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Anthropometric Measurements of the Endoscopic Eyebrow Lift in the Treatment of Facial Paralysis

Takushima, Akihiko M.D.; Harii, Kiyonori M.D.; Sugawara, Yasushi M.D.; Asato, Hirotaka M.D.

Plastic and Reconstructive Surgery: June 2003 - Volume 111 - Issue 7 - p 2157-2165
doi: 10.1097/01.PRS.0000060108.95154.EA
Original Articles

Endoscopic eyebrow lift was performed on 51 patients presenting with eyebrow ptosis due to facial paralysis. The resulting anthropometric measurements of eyebrow position were analyzed statistically to evaluate the effectiveness of this method. When preoperative eyebrow differences between the paralyzed and nonparalyzed sides were measured, the average difference at midpoint was 4.4 mm, and at the highest point, 4.6 mm. When the same points were measured postoperatively, the average difference at midpoint was 2.4 mm, and at the highest point, 2.3 mm. The difference in eyebrow height between the paralyzed and nonparalyzed sides correlated positively with age, both preoperatively and postoperatively. However, differences between preoperative and postoperative eyebrow height (which reflects the effectiveness of endoscopic eyebrow lift) at the highest point did not correlate with age and at the midpoint displayed a slightly negative correlation with age. These results suggest that endoscopic eyebrow lift is effective among young patients whose eyebrow ptosis is minor and is relatively ineffective among elderly patients whose eyebrow ptosis is severe. The conventional method of juxta-brow excision is indicated for elderly patients, for whom the operative scar is almost inconspicuous.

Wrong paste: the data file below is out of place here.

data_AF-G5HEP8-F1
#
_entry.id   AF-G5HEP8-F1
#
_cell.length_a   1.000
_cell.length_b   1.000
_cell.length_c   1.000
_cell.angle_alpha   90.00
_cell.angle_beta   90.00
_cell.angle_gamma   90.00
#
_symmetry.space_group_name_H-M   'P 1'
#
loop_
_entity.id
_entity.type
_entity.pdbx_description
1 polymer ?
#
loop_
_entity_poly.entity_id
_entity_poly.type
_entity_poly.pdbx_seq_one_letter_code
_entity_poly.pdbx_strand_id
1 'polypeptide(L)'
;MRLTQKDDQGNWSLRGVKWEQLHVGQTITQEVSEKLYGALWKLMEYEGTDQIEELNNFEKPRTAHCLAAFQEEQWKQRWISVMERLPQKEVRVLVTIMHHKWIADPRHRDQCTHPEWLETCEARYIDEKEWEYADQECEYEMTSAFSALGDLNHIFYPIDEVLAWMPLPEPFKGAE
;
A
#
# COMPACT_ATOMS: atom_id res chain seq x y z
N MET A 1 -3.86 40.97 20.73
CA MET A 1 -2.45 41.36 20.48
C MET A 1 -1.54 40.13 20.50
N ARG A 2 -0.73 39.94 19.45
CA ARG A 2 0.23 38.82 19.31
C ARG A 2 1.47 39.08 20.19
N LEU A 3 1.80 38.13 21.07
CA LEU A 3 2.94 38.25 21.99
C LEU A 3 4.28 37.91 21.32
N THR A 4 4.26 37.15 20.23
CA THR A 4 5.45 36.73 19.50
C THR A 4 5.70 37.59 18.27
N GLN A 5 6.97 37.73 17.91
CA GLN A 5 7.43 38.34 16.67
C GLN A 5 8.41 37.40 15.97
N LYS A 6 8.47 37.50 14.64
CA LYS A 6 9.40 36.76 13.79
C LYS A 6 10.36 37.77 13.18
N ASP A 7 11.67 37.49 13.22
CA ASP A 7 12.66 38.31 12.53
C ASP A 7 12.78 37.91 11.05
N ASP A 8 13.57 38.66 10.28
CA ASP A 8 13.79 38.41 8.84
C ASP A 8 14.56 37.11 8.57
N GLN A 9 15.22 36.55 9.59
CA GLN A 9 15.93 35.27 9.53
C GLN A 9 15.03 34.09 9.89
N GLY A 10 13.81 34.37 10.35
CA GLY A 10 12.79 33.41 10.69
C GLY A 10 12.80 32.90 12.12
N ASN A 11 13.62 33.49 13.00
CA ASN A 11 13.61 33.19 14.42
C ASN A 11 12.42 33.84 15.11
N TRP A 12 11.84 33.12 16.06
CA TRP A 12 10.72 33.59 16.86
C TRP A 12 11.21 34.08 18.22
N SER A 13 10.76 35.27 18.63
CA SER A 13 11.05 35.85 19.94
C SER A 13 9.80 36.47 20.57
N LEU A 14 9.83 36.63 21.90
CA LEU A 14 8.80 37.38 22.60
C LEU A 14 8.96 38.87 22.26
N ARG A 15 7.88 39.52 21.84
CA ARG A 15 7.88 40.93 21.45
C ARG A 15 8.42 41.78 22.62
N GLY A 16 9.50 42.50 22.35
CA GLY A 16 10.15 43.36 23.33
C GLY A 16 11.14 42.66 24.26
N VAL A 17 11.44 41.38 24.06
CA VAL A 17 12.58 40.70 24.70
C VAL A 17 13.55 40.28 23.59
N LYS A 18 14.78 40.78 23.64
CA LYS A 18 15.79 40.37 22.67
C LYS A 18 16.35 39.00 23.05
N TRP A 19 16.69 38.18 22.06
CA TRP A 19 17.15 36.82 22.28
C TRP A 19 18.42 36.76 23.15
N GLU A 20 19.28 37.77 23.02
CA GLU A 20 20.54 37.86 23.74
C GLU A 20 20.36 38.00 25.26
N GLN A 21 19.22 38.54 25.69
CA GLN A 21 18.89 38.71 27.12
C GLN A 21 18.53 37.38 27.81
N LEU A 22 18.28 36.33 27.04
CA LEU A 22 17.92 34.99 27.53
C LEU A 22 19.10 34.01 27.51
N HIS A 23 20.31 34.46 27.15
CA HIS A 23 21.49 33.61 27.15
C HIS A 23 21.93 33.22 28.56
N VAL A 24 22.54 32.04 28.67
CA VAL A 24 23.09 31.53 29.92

Tokyo and Tochigi, Japan

From the Department of Plastic and Reconstructive Surgery, Graduate School of Medicine, University of Tokyo; and the Department of Plastic and Reconstructive Surgery, Jichi Medical School.

Received for publication May 17, 2002;

revised August 8, 2002.

Presented at the 45th Annual Meeting of the Japan Society of Plastic and Reconstructive Surgery, in Nagasaki, Japan, April 17 through 19, 2002.

Akihiko Takushima, M.D.

Department of Plastic and Reconstructive Surgery

Graduate School of Medicine

University of Tokyo

7-3-1 Hongo, Bunkyo-ku

Tokyo 113-8655, Japan

takushima-pla@h.u-tokyo.ac.jp

©2003American Society of Plastic Surgeons